Lee had plenty to be pleased about in his first All-Star experience. Upon his arrival with teammate Grady Sizemore to the Big Apple on Sunday night, he learned AL manager Terry Francona would be giving him the start in a game the AL ended up winning in 15 grueling innings.
The starting nod gave Lee the opportunity to be part of a special pregame ceremony in which 52 Hall of Famers stood on the field to greet the members of each starting lineup. Lee strutted out and shook hands with Dennis Eckersley, Bob Feller, Rollie Fingers, Steve Carlton, Bob Gibson, Ferguson Jenkins, Juan Marichal, Phil Niekro, Jim Palmer, Gaylord Perry, Goose Gossage, Sandy Koufax, Whitey Ford, Robin Roberts, Don Sutton and Bruce Sutter.
"It was surreal seeing that many Hall of Fame pitchers in front of my face and getting to shake their hands," Lee said. "I don't know if there will ever be an opportunity to see that many Hall of Famers right in front of me ever again. It's a moment I'll never forget."
The most gratifying moment came when Sutton shook Lee's hand and told him he enjoys watching him pitch.
"For him to go out of his way to come over and tell me that was pretty neat," Lee said.
What followed was even better.
It didn't matter that 55,632 fans -- including his wife, two kids, parents, grandparents, sister, brother-in-law, niece, agent and financial advisor -- were in attendance for the final All-Star Game in the House That Ruth Built or that he was facing the best the NL has to offer. This start was like so many others for Lee in a season that has seen him to 12-2 with a 2.31 ERA thus far. He got ahead with his fastball and got quick outs.
In the first, Lee struck out Hanley Ramirez and Chase Utley, then got Lance Berkman to fly out to center. In the second, he retired Albert Pujols on a groundout, surrendered a ground-ball single to Chipper Jones, then got Matt Holliday to ground out and Ryan Braun to go down swinging.
"I'm happy I was able to throw strikes," Lee said. "Not that I was nervous, but I was worried about being a little too amped and throwing balls. I threw the first pitch for a strike, and that helped."
He didn't even mind his lone hiccup.
"Giving up the hit to Chipper Jones was the only bad thing," Lee said, "and he's hitting like .700, I think."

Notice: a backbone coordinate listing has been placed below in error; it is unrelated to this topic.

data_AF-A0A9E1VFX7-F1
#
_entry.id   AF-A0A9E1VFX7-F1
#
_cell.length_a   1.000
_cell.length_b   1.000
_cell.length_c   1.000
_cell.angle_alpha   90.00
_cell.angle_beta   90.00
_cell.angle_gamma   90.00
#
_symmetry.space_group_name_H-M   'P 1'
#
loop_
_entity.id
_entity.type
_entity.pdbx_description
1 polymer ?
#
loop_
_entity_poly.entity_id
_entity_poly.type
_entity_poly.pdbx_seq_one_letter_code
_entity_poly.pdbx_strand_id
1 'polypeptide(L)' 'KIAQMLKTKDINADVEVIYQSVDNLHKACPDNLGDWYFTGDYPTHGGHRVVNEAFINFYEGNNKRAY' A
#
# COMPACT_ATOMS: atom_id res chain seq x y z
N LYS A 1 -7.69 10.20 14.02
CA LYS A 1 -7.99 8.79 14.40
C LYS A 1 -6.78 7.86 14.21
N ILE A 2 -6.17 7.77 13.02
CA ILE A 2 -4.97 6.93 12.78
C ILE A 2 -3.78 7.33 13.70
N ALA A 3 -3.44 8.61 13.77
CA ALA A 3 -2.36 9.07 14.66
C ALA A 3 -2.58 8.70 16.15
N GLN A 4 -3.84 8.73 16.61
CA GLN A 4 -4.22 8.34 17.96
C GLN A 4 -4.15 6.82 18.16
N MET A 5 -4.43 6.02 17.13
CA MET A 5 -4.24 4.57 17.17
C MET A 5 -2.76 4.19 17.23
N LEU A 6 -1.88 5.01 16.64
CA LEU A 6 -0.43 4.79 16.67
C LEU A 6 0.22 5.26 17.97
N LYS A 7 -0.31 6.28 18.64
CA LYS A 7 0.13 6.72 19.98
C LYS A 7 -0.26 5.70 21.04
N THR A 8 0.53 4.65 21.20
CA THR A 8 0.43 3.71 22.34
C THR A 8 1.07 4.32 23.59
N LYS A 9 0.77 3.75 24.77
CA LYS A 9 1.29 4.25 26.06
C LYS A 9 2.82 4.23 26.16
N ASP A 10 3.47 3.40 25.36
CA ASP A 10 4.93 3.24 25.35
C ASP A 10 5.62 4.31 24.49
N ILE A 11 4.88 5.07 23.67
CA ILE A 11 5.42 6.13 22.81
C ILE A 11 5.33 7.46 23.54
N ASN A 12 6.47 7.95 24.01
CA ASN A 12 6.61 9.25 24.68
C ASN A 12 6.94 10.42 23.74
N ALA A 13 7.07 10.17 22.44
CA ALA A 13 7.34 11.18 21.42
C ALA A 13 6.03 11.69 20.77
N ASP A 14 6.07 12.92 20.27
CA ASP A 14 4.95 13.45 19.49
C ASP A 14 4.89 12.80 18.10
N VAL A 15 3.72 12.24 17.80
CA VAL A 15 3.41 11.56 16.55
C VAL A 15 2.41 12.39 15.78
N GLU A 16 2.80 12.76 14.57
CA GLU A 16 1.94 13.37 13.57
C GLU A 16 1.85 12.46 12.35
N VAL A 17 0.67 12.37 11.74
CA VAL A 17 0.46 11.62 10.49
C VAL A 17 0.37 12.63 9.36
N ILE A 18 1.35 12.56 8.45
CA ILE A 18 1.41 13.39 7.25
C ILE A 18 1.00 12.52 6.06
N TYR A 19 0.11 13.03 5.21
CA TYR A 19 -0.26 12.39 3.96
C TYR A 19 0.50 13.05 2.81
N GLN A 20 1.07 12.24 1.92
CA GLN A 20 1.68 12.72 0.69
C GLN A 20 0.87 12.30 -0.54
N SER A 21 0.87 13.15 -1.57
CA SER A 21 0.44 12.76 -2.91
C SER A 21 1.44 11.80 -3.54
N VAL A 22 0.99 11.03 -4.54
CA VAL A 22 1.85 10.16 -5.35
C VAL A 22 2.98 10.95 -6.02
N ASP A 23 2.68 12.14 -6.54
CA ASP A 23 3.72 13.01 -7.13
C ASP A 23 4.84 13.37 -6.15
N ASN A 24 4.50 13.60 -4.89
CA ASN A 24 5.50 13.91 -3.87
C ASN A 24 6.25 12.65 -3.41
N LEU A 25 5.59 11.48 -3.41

Sizemore, playing in his third consecutive All-Star Game as a reserve, finally got his first hit in the Midsummer Classic, and it was a big one. He ripped a ground-ball single off fellow lefty Billy Wagner with two outs to spark a rally in the eighth. Sizemore swiped second base, then came around to score when pinch-hitter Evan Longoria hit a ground-rule double to left. That run ended up sending the game into extra innings.
And because this game dragged on into the 15th, Sizemore, an All-Star reserve, ended up playing 10 innings.
"I got a full day's work in," he said with a smile.
It wasn't always a labor of love for Sizemore in extras. He did his part to prolong the longest Midsummer Classic in history. When he came to the plate with the bases loaded and none out in the 10th, Aaron Cook got him to ground into a forceout at the plate. He grounded out with a runner in scoring position in the 12th and struck out against Brandon Webb in the 14th.
With Francona forced to exhaust his pitching staff, it became possible that a position player might have to be tossed into duty on the mound. But Sizemore -- not exactly known for his arm -- knew it wouldn't be him.
"I'd probably be last on the mound," he said, "when it comes to position players in relief."
Sizemore was happy to see Lee get the opportunity to be first on the mound, and to shine on one of the game's grandest stages.
"He's been pitching like that all year," Sizemore said. "I can't say enough about how well he's doing this year."
Lee was the fifth Indians pitcher to get a start in an All-Star Game, joining Bob Feller (1941 and '46), Luis Tiant (1968), Gaylord Perry (1974) and Charles Nagy (1996).
Lee will remember many things about these two days in New York -- such as watching Josh Hamilton's majestic blasts in the Home Run Derby with his 7-year-old son, Jaxon, or taking part in the All-Star parade up Sixth Avenue.
"People [on the parade route] were telling me to come to the Yankees," Lee recalled with a smile.
Lee gave the Yankee fans further reason to want his services with his dominant All-Star outing.
"To make the All-Star team, for me, was the ultimate honor," he said. "To get the start was icing on the cake. It made it that much more special for me. I'm completely honored and all those words like that. I don't know how to describe it."
Describe it like this: Two innings. One hit. Three strikeouts. And a lifetime of fond memories.